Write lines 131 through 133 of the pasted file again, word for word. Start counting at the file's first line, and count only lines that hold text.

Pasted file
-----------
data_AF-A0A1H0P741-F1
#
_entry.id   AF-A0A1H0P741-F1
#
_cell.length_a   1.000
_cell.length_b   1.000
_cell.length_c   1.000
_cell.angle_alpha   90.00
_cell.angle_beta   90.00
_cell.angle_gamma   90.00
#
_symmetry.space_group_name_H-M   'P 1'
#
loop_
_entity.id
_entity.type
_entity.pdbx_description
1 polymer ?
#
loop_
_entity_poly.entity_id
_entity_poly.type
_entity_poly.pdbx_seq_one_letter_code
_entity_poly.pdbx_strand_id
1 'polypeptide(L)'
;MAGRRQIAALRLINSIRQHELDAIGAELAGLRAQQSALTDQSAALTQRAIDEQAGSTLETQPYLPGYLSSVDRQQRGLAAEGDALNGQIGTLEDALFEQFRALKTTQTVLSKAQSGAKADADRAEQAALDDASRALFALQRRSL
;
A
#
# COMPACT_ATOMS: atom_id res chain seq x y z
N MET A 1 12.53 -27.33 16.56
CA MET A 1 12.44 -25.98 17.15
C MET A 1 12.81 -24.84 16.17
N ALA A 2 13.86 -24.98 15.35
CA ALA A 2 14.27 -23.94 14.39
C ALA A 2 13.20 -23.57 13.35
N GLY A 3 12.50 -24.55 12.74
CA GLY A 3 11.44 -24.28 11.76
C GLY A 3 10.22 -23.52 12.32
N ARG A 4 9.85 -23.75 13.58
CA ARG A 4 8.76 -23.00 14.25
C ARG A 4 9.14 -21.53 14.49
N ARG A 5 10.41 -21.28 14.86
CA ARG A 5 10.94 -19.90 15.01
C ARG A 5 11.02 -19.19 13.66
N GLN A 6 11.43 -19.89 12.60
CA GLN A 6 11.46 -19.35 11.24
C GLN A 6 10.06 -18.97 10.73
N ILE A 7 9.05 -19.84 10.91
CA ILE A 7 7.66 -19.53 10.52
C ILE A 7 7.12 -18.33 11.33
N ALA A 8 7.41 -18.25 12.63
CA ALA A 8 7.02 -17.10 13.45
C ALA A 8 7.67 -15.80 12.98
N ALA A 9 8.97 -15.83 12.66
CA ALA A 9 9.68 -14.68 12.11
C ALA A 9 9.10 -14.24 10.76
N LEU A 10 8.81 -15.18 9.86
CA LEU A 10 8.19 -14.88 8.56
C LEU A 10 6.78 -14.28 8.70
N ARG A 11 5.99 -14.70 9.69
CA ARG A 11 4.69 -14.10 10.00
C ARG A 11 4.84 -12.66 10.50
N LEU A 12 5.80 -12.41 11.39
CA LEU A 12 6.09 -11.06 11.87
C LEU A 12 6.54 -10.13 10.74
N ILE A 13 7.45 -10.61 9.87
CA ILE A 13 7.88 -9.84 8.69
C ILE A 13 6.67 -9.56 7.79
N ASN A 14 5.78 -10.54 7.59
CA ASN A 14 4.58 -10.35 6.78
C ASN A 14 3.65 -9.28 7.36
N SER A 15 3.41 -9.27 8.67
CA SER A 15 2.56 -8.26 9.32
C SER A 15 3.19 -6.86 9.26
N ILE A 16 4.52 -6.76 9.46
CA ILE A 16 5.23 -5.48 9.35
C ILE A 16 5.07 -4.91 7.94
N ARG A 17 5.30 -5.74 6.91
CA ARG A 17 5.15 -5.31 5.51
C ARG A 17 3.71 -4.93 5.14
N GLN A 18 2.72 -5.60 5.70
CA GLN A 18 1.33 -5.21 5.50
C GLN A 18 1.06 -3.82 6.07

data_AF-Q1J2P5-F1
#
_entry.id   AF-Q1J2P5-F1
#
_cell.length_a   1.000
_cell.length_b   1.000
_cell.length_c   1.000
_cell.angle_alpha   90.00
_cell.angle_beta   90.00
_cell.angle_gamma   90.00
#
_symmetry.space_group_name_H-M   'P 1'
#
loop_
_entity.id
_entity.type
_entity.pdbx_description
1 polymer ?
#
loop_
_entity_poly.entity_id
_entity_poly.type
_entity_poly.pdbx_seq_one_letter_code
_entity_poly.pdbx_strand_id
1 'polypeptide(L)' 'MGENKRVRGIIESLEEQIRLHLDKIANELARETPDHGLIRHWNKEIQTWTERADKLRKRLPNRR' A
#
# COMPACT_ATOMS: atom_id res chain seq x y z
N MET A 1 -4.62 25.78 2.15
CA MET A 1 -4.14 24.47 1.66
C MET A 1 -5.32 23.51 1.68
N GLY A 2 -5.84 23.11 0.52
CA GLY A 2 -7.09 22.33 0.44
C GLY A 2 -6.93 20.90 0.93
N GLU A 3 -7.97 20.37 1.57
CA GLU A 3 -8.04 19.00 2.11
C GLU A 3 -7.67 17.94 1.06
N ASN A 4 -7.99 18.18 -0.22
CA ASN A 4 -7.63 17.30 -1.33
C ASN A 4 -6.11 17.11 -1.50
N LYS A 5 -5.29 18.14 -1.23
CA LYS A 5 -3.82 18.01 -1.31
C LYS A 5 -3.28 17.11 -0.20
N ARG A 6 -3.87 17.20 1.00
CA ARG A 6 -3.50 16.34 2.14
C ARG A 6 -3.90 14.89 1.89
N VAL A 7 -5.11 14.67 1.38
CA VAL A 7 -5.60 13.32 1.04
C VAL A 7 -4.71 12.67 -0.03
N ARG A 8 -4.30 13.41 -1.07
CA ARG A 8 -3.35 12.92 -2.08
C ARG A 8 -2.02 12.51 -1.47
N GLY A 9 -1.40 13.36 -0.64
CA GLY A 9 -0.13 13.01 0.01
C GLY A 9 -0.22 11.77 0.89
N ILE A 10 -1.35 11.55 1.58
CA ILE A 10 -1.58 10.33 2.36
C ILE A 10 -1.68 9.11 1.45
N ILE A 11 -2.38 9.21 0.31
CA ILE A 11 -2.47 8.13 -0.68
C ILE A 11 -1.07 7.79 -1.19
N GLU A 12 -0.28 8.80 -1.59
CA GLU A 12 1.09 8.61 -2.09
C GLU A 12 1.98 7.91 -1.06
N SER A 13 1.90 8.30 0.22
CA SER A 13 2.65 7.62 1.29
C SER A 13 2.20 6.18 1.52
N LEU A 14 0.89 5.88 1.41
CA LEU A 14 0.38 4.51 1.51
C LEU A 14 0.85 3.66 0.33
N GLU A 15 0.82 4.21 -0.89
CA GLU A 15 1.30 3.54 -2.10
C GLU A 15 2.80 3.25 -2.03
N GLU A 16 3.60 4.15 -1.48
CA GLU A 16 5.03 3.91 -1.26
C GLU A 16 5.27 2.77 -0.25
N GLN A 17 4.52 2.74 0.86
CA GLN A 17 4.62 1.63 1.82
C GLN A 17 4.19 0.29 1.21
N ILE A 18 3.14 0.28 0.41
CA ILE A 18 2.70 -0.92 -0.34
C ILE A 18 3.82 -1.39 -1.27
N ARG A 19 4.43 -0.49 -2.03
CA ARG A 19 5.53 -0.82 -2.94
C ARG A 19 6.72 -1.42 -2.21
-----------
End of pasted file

CA VAL A 7 -5.60 13.32 1.04
C VAL A 7 -4.71 12.67 -0.03
N ARG A 8 -4.30 13.41 -1.07